You've just gotta love the blues. After work today I listened to South Carolina blues woman Wanda Johnson sing a few songs, backed up by Shrimp City Slim - down at the Mills House on Meeting Street. The place was packed (hey, it was a free show) - the drinks were flowing - and Wanda was great (as always). I saw her for the first time several years ago, as part of the Lowcountry Blues Bash. It's the last few days of performances, but I'm sure glad that I got to sit for awhile and listen to Wanda sing before it's all over for '07. From what I've heard about Wanda, she writes most of the lyrics to the songs she sings - and all I can say is that she must have a mighty fine man...
But today wasn't so much about the blues as it was about pie. Key Lime pie. Tomorrow is my mother's 72nd birthday, and since Key Lime pie is her favorite dessert, I couldn't resist ordering her one of Sublime Pies and Cakes' award-winning pies. Sublime doesn't ship just yet, but when I arrived there at 10 am this morning to pick up the pie, the Pie Queen herself was there - and my pie was frozen, vacuum-wrapped, and I was given precise instructions on how to ship the pie to my mother. First, I had to get the $4.99 styrofoam cooler from Publix, and while I was there, I needed to get 5 lbs of dry ice (I got a little over 8 lbs). The pie, which was in a cardboard box, went into the cooler first, then I added the dry ice, and then some packing material. Now, finding someone to ship the pie was a bit more challenging - I stopped by the UPS Store next to the Publix, and it ends up that they don't have Saturday delivery to my parent's zip code in Virginia. Hmmmm. Luckily FedEx would deliver it overnight - but first the styrofoam cooler had to be packed into a cardboard box. All I can say is that tomorrow at some point in the morning, my mother is going to receive a very large box that contains a normal-sized pie. I'm guessing that when my mom takes her first bite of her award-winning birthday pie, she'll have to ask my father 'I wonder how much it cost to do this' and she'll shake her head like she's thinking her daughter is a nutcase. But I'm also guessing that she'll love the pie.
But I couldn't resist - the pies are beyond delicious - and the Pie Queen herself was about as nice a person as I've come across in awhile (so go and order a pie, 843-225-LIME). In fact, I became a fan of her little store and bought another pie on the spot - one that I took back to the lab where we renamed it New Guy Pie in honor of the postdoctoral fellow's first day. I am so thrilled that the New Guy is here - and was even more thrilled that he was anxious to get things going - and I had to laugh when he said that folks where he was working, back in Maryland, told him that he'd get sick of academic life real fast because everyone in his new lab would be nerdy and arrogant. Okay, well, maybe a little nerdy and arrogant (okay again, some might say alot nerdy) - but I had to laugh since Katherine was off with her husband to a poetry event in West Virginia and Maria spent the day with her hair in a gazillion braids in preparation for an 80's party she was going to later (where I'm guessing she'd convince folks to do the salsa) and Ben was pondering whether his broccoli seedlings were surviving the cold and I had just spent the entire morning figuring out how to mail a pie. I think the New Guy, who claims to be a jazz musician and sculptor, will fit in just fine.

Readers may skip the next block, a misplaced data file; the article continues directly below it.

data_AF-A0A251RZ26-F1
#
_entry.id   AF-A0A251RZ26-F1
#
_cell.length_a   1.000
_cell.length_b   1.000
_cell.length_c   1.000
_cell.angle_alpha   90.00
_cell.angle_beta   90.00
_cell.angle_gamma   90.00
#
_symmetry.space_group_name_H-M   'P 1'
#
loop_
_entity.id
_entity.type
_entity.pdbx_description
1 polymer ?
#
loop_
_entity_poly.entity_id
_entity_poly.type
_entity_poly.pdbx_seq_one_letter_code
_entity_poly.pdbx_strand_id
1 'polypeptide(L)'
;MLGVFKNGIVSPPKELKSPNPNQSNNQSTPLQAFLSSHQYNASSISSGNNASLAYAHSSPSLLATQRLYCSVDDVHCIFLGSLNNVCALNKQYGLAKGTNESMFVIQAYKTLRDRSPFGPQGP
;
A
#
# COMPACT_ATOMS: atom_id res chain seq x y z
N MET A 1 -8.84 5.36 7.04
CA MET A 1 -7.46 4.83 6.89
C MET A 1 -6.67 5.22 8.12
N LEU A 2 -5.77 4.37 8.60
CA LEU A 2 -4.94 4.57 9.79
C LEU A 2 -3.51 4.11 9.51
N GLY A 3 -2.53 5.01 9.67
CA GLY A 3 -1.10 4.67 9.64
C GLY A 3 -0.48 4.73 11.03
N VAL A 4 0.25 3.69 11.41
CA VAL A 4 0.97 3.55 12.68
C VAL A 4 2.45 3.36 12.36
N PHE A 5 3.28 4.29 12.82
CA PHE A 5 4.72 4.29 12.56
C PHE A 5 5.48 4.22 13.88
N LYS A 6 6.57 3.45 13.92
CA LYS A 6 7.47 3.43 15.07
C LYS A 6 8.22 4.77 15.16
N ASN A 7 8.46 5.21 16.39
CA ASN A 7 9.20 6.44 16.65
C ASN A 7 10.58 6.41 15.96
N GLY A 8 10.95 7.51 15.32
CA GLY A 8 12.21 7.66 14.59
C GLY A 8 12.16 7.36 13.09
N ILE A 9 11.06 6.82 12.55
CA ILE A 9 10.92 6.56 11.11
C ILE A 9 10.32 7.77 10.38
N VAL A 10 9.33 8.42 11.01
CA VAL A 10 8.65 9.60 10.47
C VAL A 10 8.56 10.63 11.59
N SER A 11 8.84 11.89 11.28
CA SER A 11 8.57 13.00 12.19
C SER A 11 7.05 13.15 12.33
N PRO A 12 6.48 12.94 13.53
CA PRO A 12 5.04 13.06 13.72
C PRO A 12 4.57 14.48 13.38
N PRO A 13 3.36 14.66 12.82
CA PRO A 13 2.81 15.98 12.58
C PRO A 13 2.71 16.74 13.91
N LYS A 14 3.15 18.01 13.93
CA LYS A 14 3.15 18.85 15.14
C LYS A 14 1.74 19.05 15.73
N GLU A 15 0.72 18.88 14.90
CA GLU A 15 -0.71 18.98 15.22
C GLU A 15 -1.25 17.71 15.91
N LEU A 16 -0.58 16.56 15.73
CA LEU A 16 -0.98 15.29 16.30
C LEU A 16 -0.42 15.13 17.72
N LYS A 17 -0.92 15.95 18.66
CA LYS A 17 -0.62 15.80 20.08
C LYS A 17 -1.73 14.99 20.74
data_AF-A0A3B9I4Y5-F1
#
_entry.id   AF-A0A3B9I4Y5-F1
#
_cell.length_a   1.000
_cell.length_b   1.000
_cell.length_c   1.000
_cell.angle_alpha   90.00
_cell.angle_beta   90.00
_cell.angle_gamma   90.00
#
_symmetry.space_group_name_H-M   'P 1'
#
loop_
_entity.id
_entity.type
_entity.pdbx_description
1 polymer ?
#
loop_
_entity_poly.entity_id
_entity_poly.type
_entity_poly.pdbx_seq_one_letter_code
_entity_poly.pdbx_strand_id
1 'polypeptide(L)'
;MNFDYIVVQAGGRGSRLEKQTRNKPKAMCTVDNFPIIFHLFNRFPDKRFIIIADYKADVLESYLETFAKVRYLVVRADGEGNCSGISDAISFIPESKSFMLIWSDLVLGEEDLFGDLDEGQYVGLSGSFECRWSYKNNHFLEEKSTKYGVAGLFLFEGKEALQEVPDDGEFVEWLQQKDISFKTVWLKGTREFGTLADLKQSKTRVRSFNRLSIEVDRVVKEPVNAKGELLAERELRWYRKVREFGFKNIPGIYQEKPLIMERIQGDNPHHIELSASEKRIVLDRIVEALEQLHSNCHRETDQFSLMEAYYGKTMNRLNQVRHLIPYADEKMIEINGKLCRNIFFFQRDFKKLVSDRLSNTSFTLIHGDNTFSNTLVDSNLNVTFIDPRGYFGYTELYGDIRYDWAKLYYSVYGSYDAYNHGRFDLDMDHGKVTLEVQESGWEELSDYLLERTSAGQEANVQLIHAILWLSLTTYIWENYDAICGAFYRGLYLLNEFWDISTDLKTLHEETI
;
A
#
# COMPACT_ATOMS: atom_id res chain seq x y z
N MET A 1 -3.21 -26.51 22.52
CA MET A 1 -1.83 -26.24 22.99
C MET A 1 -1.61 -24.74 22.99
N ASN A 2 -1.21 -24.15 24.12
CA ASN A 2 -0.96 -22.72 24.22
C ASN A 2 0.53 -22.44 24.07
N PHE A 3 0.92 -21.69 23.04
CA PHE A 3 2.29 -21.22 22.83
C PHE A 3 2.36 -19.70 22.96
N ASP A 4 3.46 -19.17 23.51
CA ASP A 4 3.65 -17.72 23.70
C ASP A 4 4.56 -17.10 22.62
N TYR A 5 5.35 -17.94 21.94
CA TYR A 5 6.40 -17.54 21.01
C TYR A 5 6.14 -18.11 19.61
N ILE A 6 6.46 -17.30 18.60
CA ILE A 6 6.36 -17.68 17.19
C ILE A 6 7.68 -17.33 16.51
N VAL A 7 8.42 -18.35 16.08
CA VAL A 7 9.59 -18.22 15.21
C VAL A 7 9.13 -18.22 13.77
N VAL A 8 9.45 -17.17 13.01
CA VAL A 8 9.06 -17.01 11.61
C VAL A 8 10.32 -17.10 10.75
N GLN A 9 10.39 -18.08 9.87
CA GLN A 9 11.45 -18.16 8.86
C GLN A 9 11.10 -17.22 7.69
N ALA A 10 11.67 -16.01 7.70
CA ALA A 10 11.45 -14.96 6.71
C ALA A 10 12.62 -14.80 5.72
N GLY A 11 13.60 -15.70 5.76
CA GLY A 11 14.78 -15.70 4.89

So on the way to hear Wanda sing, I stopped off at LimeBlue and gave Jeff a piece of New Guy Pie and petted his dog Janie. Jeff told me about something he had heard on one of the morning shows, where they were interviewing a guy who was talking about what would happen if oil-degrading microorganisms were released into the world's oil reserves/reservoirs. This guy seemed to think that microorganisms were going to biodegrade all of the world's oil, disrupting an already disrupted power base, reeking havoc on the planet. Jeff couldn't remember if the microorganisms were native ones or if they were genetically-engineered - but he thought it sounded silly and I'd have to agree. In theory it's a fantastic tale of microbial might, in reality it'd be a hard sell. Plus, I've heard that 10% of oil gets damaged already in the refining and transport process - in other words, microbes are there already. But if they were close to 'eating up' oil - all 3,000 plus compounds found in oil - then there'd be far less of the stuff contaminating the planet as it is. I'm sure thought that a few folks heard this guy and were terrified and pondering the evil microorganism and it's erradication. Heck, don't they know that if microorganisms weren't around, oil wouldn't have been made to begin with? Any anyway, I'd personally like to engineer a microorganism that degrades plastic - I think we need to get rid of 90% of the stuff.
Anyway...just so no Key Lime pie-eating microbes take over in the next 24 hours, my mom should be enjoying a fine piece of pie tomorrow afternoon for her birthday.